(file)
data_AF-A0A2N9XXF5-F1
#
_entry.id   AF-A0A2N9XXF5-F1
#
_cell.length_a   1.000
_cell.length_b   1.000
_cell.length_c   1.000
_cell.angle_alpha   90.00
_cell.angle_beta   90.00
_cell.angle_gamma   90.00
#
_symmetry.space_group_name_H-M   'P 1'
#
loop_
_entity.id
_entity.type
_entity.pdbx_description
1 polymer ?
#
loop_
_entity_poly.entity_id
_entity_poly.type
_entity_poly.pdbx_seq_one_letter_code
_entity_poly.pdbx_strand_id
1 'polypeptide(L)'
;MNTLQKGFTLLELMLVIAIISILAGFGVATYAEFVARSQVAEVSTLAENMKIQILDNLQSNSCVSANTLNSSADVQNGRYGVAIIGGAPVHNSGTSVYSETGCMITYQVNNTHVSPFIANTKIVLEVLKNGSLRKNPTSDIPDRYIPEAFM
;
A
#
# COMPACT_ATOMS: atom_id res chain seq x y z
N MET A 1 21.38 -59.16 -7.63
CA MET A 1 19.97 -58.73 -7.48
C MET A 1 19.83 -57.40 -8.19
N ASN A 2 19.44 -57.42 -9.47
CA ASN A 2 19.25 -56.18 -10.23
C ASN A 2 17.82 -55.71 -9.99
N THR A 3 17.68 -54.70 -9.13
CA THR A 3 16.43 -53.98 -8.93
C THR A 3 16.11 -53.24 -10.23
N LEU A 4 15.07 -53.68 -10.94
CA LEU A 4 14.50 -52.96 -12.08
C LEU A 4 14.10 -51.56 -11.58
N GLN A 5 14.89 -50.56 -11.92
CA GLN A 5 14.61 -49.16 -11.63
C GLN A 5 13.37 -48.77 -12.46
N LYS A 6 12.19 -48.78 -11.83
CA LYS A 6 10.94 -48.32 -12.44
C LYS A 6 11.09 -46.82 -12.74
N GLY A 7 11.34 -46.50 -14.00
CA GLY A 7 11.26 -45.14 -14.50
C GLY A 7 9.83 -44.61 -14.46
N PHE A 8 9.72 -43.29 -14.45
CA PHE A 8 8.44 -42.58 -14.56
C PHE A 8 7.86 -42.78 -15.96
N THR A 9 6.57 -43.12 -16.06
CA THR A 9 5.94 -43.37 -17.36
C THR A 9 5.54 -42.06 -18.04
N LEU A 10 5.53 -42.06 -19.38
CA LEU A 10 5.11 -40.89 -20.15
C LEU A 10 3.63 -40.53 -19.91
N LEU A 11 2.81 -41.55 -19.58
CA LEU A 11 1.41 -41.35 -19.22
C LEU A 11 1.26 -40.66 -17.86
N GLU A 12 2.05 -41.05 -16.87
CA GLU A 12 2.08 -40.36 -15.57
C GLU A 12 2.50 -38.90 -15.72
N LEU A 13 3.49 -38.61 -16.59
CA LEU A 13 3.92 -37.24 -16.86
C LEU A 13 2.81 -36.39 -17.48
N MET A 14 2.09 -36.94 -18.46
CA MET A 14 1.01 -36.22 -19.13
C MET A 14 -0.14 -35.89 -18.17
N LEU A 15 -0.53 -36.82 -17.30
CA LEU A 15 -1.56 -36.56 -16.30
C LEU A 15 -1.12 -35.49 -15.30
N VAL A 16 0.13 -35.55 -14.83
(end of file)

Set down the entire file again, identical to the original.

data_AF-A0A2N9XXF5-F1
#
_entry.id   AF-A0A2N9XXF5-F1
#
_cell.length_a   1.000
_cell.length_b   1.000
_cell.length_c   1.000
_cell.angle_alpha   90.00
_cell.angle_beta   90.00
_cell.angle_gamma   90.00
#
_symmetry.space_group_name_H-M   'P 1'
#
loop_
_entity.id
_entity.type
_entity.pdbx_description
1 polymer ?
#
loop_
_entity_poly.entity_id
_entity_poly.type
_entity_poly.pdbx_seq_one_letter_code
_entity_poly.pdbx_strand_id
1 'polypeptide(L)'
;MNTLQKGFTLLELMLVIAIISILAGFGVATYAEFVARSQVAEVSTLAENMKIQILDNLQSNSCVSANTLNSSADVQNGRYGVAIIGGAPVHNSGTSVYSETGCMITYQVNNTHVSPFIANTKIVLEVLKNGSLRKNPTSDIPDRYIPEAFM
;
A
#
# COMPACT_ATOMS: atom_id res chain seq x y z
N MET A 1 21.38 -59.16 -7.63
CA MET A 1 19.97 -58.73 -7.48
C MET A 1 19.83 -57.40 -8.19
N ASN A 2 19.44 -57.42 -9.47
CA ASN A 2 19.25 -56.18 -10.23
C ASN A 2 17.82 -55.71 -9.99
N THR A 3 17.68 -54.70 -9.13
CA THR A 3 16.43 -53.98 -8.93
C THR A 3 16.11 -53.24 -10.23
N LEU A 4 15.07 -53.68 -10.94
CA LEU A 4 14.50 -52.96 -12.08
C LEU A 4 14.10 -51.56 -11.58
N GLN A 5 14.89 -50.56 -11.92
CA GLN A 5 14.61 -49.16 -11.63
C GLN A 5 13.37 -48.77 -12.46
N LYS A 6 12.19 -48.78 -11.83
CA LYS A 6 10.94 -48.32 -12.44
C LYS A 6 11.09 -46.82 -12.74
N GLY A 7 11.34 -46.50 -14.00
CA GLY A 7 11.26 -45.14 -14.50
C GLY A 7 9.83 -44.61 -14.46
N PHE A 8 9.72 -43.29 -14.45
CA PHE A 8 8.44 -42.58 -14.56
C PHE A 8 7.86 -42.78 -15.96
N THR A 9 6.57 -43.12 -16.06
CA THR A 9 5.94 -43.37 -17.36
C THR A 9 5.54 -42.06 -18.04
N LEU A 10 5.53 -42.06 -19.38
CA LEU A 10 5.11 -40.89 -20.15
C LEU A 10 3.63 -40.53 -19.91
N LEU A 11 2.81 -41.55 -19.58
CA LEU A 11 1.41 -41.35 -19.22
C LEU A 11 1.26 -40.66 -17.86
N GLU A 12 2.05 -41.05 -16.87
CA GLU A 12 2.08 -40.36 -15.57
C GLU A 12 2.50 -38.90 -15.72
N LEU A 13 3.49 -38.61 -16.59
CA LEU A 13 3.92 -37.24 -16.86
C LEU A 13 2.81 -36.39 -17.48
N MET A 14 2.09 -36.94 -18.46
CA MET A 14 1.01 -36.22 -19.13
C MET A 14 -0.14 -35.89 -18.17
N LEU A 15 -0.53 -36.82 -17.30
CA LEU A 15 -1.56 -36.56 -16.30
C LEU A 15 -1.12 -35.49 -15.30
N VAL A 16 0.13 -35.55 -14.83